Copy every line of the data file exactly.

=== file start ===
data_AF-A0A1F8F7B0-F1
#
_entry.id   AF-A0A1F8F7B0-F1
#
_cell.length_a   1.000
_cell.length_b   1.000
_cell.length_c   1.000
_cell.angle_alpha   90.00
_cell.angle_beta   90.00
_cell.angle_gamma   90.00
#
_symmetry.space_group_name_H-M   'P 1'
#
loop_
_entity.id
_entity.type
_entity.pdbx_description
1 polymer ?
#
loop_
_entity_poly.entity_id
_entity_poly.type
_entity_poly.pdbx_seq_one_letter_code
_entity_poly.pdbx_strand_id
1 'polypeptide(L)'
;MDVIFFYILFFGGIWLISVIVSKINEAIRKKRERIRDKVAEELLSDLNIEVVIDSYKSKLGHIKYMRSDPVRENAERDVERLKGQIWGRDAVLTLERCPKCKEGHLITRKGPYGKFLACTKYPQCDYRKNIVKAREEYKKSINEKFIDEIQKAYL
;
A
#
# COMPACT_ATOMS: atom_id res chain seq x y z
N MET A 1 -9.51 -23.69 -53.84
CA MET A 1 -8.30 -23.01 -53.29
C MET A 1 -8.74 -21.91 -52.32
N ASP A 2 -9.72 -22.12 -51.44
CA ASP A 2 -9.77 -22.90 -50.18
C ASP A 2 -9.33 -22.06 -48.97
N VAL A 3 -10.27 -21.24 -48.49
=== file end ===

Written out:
data_AF-A0A1F8F7B0-F1
#
_entry.id   AF-A0A1F8F7B0-F1
#
_cell.length_a   1.000
_cell.length_b   1.000
_cell.length_c   1.000
_cell.angle_alpha   90.00
_cell.angle_beta   90.00
_cell.angle_gamma   90.00
#
_symmetry.space_group_name_H-M   'P 1'
#
loop_
_entity.id
_entity.type
_entity.pdbx_description
1 polymer ?
#
loop_
_entity_poly.entity_id
_entity_poly.type
_entity_poly.pdbx_seq_one_letter_code
_entity_poly.pdbx_strand_id
1 'polypeptide(L)'
;MDVIFFYILFFGGIWLISVIVSKINEAIRKKRERIRDKVAEELLSDLNIEVVIDSYKSKLGHIKYMRSDPVRENAERDVERLKGQIWGRDAVLTLERCPKCKEGHLITRKGPYGKFLACTKYPQCDYRKNIVKAREEYKKSINEKFIDEIQKAYL
;
A
#
# COMPACT_ATOMS: atom_id res chain seq x y z
N MET A 1 -9.51 -23.69 -53.84
CA MET A 1 -8.30 -23.01 -53.29
C MET A 1 -8.74 -21.91 -52.32
N ASP A 2 -9.72 -22.12 -51.44
CA ASP A 2 -9.77 -22.90 -50.18
C ASP A 2 -9.33 -22.06 -48.97
N VAL A 3 -10.27 -21.24 -48.49